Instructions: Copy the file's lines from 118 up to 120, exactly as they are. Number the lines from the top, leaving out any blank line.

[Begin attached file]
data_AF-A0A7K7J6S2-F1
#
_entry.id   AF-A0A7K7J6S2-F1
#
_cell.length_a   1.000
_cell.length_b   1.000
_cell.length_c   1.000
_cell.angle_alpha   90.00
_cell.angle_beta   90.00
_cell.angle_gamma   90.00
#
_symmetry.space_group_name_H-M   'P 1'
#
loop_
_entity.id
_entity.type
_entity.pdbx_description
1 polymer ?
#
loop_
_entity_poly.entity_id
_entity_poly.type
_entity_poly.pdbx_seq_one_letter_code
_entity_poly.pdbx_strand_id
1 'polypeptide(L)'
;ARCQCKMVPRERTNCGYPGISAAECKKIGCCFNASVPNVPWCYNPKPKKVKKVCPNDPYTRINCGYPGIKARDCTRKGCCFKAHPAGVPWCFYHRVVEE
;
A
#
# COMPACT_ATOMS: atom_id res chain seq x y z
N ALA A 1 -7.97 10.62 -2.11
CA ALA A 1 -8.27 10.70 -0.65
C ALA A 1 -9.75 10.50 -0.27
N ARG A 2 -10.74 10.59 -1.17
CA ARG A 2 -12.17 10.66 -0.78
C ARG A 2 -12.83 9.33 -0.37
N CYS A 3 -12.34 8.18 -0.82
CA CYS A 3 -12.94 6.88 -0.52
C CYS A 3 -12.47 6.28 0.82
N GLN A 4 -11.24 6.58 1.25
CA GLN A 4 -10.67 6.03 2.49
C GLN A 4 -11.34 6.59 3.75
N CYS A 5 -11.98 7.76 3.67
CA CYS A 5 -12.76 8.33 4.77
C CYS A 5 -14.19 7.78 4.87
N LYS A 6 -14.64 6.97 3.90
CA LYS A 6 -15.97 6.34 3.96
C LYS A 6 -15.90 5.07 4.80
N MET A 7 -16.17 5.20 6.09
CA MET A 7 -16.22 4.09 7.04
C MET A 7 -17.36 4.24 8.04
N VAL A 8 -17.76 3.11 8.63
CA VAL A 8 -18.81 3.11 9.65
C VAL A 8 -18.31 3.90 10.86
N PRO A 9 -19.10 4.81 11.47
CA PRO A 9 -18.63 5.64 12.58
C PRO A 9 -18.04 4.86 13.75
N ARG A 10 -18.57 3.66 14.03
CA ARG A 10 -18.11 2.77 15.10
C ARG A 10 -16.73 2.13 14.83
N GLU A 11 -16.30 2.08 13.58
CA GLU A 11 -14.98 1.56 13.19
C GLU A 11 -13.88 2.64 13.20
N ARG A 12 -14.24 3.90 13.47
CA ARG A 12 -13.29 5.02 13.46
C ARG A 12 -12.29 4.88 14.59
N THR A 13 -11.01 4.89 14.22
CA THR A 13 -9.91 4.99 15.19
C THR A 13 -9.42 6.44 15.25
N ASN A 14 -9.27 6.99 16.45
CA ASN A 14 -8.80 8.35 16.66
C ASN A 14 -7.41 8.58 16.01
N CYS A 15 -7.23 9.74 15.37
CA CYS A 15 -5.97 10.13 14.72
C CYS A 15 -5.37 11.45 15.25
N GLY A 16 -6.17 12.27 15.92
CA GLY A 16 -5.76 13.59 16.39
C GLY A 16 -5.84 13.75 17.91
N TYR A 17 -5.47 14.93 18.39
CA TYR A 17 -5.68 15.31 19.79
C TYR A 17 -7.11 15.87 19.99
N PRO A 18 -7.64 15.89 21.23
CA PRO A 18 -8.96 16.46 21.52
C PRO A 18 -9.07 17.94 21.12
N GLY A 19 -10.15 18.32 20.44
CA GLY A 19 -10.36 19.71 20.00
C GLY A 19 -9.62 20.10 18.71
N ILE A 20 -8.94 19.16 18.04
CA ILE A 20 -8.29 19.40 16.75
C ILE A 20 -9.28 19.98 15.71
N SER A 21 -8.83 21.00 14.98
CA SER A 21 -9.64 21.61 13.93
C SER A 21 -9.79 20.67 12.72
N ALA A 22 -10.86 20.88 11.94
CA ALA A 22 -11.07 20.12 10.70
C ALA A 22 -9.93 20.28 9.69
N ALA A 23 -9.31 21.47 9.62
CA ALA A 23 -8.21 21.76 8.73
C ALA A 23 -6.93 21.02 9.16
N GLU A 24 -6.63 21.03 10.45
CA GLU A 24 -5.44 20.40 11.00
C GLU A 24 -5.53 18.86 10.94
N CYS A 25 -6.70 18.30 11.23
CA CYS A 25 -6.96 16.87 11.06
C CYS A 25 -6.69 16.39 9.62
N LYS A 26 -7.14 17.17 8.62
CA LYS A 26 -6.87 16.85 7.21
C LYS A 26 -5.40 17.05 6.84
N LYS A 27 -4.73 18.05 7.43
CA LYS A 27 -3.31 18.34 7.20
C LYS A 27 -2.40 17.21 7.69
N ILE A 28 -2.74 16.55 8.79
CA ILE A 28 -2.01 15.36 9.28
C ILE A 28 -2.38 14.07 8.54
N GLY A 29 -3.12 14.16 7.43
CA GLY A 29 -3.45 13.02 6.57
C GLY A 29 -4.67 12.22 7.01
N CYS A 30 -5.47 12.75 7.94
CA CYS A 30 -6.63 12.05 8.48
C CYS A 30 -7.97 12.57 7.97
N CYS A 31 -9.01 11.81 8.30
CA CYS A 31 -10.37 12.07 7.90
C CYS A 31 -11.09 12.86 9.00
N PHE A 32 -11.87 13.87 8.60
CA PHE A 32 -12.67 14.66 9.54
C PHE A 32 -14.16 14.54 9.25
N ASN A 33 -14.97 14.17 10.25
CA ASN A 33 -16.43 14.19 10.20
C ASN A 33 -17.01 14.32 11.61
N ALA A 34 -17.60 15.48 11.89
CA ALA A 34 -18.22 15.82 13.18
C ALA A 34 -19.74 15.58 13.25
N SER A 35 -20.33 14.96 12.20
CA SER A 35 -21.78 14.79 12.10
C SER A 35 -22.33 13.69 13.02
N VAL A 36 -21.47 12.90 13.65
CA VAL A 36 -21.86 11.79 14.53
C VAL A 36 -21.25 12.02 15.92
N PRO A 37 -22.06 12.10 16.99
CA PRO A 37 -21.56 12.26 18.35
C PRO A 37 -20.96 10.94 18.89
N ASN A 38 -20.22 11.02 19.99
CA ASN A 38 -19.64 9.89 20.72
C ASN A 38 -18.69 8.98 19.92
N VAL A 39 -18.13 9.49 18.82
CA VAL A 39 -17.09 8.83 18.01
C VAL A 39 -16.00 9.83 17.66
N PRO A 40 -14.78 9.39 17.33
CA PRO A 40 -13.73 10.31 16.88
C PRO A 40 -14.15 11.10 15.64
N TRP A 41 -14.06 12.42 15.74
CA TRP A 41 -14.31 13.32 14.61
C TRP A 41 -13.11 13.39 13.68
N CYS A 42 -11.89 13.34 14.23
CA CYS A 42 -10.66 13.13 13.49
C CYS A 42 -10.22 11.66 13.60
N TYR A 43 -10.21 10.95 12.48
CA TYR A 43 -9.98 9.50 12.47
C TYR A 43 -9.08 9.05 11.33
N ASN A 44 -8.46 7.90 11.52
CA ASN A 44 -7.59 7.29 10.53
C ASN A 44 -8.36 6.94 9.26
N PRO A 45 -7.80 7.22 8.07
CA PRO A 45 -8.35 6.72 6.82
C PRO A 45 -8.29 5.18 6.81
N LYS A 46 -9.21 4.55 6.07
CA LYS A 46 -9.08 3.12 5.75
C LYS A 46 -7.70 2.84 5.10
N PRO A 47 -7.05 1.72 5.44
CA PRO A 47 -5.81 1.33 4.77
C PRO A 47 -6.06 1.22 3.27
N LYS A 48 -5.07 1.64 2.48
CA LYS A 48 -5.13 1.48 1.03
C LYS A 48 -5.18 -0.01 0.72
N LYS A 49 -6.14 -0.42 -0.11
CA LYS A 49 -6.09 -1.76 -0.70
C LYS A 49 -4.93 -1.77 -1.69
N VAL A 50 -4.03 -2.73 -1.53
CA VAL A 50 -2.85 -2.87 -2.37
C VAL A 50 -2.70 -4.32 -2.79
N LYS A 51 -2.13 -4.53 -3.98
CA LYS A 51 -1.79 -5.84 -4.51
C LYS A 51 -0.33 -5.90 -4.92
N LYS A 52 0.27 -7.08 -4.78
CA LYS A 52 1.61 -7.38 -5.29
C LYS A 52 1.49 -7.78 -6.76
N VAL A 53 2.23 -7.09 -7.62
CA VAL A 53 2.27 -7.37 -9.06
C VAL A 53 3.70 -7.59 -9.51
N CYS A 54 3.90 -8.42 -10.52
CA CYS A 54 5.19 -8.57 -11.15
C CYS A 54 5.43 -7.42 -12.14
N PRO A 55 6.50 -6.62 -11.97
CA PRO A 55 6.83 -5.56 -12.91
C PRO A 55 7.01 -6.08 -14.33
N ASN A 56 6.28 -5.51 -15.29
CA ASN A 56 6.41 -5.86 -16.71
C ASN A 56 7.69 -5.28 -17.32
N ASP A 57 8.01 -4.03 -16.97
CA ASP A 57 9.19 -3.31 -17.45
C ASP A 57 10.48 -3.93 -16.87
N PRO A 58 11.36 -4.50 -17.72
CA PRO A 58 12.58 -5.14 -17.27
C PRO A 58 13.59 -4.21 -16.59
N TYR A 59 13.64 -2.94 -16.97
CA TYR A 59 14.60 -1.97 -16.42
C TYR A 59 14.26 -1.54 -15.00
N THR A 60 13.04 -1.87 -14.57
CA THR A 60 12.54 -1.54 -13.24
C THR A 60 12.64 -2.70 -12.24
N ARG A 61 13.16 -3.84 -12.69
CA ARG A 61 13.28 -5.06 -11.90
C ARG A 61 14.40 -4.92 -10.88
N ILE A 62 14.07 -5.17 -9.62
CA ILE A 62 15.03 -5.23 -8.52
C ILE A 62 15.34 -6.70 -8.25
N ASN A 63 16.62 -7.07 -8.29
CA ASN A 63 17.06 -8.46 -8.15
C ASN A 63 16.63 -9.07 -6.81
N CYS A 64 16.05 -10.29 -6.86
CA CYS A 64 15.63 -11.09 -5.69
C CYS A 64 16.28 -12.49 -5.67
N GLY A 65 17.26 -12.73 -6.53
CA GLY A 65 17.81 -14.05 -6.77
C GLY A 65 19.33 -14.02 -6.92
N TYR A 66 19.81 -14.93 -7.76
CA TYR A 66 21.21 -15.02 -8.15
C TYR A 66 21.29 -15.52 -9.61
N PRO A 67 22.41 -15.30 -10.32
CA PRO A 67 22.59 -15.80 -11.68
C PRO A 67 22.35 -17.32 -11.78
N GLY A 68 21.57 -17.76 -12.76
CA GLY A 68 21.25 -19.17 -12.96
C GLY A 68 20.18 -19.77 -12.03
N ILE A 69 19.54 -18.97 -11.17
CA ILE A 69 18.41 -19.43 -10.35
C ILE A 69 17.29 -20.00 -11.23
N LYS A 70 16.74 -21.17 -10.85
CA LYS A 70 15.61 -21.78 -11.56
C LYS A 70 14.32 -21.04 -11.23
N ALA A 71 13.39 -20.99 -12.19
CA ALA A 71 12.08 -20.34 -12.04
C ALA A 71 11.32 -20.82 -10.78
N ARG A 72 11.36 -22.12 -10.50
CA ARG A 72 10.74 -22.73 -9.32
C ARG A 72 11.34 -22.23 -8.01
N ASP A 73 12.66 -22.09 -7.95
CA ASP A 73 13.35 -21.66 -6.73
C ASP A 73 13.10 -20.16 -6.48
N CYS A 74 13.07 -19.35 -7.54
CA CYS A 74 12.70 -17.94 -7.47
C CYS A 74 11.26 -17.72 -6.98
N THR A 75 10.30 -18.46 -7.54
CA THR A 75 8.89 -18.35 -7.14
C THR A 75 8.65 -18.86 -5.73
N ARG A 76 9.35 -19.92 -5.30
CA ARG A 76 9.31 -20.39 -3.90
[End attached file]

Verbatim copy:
N CYS A 30 -5.47 12.75 7.94
CA CYS A 30 -6.63 12.05 8.48
C CYS A 30 -7.97 12.57 7.97